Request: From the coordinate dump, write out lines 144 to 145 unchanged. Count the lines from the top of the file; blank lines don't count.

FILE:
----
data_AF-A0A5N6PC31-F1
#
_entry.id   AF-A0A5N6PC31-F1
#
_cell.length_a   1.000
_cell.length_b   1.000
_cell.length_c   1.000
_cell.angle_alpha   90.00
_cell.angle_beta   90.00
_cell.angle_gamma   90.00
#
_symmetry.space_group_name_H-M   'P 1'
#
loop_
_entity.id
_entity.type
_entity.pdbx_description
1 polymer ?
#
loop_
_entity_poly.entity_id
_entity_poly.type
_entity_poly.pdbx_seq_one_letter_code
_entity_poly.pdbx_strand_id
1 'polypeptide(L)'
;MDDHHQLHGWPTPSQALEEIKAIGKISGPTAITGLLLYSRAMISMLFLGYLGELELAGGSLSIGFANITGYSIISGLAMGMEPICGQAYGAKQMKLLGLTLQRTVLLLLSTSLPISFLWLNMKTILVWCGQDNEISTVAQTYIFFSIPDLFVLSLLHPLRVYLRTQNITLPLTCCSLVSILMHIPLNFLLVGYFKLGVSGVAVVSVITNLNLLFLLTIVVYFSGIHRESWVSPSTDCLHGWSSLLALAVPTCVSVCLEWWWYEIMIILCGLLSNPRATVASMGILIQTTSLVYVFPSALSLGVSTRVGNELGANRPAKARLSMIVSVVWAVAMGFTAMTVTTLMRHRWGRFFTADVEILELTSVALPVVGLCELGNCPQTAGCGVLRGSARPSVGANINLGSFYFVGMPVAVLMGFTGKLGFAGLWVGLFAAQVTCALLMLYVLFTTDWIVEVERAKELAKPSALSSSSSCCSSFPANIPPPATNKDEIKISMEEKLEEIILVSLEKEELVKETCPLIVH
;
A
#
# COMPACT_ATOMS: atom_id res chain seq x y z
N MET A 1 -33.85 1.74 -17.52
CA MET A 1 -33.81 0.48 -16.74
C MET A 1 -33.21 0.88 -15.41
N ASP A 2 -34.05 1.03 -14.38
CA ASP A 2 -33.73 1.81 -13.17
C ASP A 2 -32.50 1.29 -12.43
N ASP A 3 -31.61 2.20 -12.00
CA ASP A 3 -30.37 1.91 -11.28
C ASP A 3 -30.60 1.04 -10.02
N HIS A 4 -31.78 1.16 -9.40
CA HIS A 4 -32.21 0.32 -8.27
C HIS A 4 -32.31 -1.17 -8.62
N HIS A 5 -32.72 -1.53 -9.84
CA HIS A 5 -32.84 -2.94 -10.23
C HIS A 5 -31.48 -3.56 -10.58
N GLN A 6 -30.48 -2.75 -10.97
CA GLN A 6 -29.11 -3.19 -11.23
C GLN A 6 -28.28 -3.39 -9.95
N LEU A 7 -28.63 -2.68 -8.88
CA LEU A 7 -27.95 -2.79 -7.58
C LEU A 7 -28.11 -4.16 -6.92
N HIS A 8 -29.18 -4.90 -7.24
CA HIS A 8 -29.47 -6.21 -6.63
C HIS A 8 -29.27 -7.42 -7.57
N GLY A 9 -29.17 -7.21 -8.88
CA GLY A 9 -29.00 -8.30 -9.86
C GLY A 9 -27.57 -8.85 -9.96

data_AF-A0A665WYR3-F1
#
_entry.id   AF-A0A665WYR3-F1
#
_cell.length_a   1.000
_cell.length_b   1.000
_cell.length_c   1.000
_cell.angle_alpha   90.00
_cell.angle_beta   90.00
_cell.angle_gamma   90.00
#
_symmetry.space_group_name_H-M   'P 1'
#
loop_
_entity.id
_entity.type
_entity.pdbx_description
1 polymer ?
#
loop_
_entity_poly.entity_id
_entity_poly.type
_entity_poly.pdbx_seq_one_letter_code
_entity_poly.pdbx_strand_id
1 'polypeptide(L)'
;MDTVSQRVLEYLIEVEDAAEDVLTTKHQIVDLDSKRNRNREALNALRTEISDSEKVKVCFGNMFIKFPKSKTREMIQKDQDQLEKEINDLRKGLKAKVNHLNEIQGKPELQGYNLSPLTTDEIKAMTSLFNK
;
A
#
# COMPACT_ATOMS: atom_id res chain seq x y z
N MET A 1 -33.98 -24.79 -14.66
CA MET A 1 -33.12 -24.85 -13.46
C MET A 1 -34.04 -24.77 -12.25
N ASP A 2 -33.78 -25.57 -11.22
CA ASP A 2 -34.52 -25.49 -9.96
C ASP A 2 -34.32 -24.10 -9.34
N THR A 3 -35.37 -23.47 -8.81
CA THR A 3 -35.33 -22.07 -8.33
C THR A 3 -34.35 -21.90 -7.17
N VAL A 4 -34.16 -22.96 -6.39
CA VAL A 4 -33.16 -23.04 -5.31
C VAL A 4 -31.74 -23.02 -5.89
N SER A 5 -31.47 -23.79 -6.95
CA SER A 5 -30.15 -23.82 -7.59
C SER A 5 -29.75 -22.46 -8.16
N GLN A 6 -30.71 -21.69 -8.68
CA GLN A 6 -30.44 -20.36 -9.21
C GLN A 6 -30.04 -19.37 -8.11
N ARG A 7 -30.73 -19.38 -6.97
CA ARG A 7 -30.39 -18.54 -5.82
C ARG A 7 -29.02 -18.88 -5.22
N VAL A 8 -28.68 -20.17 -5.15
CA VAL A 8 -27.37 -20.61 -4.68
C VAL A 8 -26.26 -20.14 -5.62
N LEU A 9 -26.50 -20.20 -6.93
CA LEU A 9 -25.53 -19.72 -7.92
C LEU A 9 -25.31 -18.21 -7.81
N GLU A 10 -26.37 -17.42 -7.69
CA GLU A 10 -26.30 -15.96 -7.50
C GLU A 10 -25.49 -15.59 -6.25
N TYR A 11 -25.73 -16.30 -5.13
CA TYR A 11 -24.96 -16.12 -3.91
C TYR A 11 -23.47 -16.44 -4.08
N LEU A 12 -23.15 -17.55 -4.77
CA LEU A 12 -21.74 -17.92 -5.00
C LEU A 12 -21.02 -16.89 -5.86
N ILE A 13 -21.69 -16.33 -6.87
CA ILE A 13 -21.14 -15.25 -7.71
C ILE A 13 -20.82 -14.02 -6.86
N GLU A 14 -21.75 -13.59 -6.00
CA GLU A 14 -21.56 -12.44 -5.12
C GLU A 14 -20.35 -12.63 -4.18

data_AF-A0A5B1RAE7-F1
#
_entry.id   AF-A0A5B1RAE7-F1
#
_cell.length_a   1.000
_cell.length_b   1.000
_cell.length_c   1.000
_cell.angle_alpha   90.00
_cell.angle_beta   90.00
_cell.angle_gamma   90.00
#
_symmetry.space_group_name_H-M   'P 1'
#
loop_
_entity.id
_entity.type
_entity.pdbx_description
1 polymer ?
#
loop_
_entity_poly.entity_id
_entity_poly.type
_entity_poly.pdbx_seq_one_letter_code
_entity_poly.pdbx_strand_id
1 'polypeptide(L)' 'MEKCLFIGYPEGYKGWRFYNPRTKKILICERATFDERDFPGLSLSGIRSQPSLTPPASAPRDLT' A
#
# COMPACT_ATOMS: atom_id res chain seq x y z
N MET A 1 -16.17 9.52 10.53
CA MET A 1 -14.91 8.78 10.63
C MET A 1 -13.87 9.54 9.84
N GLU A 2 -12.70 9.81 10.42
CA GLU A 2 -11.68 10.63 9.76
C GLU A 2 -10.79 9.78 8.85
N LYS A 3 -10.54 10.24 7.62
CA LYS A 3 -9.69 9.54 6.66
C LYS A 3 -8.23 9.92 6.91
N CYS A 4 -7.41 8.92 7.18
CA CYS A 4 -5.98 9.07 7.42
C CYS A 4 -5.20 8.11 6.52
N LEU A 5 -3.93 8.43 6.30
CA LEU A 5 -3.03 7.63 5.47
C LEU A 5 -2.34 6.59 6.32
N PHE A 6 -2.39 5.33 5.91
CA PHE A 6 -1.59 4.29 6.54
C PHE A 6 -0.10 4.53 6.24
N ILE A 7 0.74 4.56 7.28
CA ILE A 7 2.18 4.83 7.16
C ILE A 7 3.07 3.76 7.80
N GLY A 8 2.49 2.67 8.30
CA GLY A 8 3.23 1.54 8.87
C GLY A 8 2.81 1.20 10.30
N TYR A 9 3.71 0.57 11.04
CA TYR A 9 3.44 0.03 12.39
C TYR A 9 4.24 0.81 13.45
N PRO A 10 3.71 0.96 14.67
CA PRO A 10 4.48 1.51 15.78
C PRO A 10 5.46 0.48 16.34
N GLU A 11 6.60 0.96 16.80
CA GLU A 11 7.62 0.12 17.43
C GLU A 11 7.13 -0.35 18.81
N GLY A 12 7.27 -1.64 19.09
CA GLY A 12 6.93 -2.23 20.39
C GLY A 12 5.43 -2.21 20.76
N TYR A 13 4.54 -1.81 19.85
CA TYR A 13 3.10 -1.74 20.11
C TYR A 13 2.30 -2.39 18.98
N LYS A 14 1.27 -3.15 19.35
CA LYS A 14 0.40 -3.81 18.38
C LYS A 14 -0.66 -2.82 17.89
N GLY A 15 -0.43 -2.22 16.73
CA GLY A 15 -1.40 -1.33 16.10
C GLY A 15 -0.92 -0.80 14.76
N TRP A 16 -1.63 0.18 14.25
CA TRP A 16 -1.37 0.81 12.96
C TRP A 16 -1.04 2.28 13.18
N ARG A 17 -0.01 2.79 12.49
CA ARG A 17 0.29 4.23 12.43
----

_entity.id
_entity.type